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Making Robots That Can See

Will RFID or vision technologies be used to identify objects on an assembly line?
By Mark Roberti
Sep 17, 2012Last month, I read an interesting article published by The New York Times regarding a new generation of robots that employ vision technologies to perform manufacturing tasks more quickly and more accurately than humans possibly could (see Skilled Work, Without the Worker). The writer, John Markoff, describes a Philips Electronics factory on the coast of China in which hundreds of workers use their hands and specialized tools to assemble electric shavers, and another factory in the Netherlands in which 128 robot arms perform the same work with yoga-like flexibility. "Video cameras guide them through feats well beyond the capability of the most dexterous human," the article explains.

Markoff goes on to say that "rapid improvement in vision and touch technologies is putting a wide array of manual jobs within the abilities of robots," and he discusses the implications for employment in manufacturing during the coming years. I have long believed that robots would increasingly be able to do many of the jobs humans do today, but I thought it would be radio frequency identification technology that would transform these machines.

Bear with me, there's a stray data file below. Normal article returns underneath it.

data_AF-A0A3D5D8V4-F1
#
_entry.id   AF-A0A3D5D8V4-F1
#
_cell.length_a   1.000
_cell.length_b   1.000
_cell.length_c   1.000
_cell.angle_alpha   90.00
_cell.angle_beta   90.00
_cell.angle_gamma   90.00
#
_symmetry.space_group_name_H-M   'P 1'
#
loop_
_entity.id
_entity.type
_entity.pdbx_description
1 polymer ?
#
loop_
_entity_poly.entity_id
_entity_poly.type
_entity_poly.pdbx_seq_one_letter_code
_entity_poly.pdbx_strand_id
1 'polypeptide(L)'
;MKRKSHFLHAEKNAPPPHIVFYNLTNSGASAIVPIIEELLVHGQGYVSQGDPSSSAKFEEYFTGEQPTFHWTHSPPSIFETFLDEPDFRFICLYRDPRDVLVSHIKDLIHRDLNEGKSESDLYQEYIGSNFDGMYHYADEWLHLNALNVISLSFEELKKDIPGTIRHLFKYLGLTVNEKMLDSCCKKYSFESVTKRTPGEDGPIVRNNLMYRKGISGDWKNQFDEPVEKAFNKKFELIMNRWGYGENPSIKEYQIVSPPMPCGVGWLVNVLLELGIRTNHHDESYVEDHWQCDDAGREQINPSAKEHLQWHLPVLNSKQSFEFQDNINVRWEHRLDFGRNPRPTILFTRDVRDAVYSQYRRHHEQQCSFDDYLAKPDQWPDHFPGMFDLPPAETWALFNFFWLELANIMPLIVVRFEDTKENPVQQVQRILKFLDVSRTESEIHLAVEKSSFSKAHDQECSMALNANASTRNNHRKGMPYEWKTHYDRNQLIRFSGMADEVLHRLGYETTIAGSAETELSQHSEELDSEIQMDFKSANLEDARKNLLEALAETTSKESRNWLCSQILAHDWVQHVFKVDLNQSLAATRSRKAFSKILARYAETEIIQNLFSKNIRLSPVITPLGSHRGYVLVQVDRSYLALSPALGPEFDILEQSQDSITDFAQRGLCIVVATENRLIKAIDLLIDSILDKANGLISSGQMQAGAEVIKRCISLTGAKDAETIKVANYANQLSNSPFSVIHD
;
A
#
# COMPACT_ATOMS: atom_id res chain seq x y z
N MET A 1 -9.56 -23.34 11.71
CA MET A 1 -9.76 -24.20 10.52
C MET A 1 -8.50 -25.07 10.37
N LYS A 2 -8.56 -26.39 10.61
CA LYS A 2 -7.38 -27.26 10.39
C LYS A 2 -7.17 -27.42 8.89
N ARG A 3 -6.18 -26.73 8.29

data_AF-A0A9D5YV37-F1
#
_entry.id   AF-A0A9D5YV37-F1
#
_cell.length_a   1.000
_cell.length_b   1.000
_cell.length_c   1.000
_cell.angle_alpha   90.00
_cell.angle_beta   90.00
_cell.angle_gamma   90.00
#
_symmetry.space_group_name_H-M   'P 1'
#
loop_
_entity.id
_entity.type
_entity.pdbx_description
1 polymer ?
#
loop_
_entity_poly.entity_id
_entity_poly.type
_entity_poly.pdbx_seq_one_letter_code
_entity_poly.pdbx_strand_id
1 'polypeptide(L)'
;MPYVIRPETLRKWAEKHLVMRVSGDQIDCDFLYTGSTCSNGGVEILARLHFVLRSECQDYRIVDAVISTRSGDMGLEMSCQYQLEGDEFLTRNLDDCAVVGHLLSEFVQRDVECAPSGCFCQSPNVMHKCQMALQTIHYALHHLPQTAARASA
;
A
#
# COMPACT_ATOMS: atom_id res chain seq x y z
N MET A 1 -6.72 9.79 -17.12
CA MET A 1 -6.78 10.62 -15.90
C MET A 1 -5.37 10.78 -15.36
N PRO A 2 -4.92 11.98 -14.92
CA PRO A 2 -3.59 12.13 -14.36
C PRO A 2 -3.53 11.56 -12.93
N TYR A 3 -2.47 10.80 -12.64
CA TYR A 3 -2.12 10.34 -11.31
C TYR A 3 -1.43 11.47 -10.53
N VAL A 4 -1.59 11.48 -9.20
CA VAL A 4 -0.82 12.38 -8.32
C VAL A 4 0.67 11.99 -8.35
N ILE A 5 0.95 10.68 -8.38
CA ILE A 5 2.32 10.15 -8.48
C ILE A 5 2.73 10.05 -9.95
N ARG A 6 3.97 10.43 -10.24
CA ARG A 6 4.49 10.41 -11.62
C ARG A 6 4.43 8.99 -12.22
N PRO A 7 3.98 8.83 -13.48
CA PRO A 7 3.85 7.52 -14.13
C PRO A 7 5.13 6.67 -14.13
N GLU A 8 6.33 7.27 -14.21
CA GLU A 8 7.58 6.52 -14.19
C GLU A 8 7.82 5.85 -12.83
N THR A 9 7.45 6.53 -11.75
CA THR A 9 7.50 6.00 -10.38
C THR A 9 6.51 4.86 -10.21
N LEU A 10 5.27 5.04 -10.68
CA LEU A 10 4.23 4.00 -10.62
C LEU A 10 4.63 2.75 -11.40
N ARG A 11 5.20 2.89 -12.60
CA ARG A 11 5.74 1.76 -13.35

One challenge facing robots has been flexibility. They could be built to perform a single task repeatedly, but not to distinguish between, say, a red or blue bicycle seat to be put on a frame. A tag with a unique serial number could be attached to each seat, while a reader on the robot's arm would allow it to easily distinguish between the two. The Times article suggests that vision technologies might make that possible as well.

Does that mean RFID will not be used? I've been pondering that question for the past few weeks, and here's what I've concluded. Robots will, through the power of computer processing, increasingly attain the capabilities of humans. So if a person can execute a task effectively using their eyes, robots will likely utilize vision technologies. If humans cannot use their eyes, then robots won't be able to use vision.

Let me provide a couple of examples to explain.

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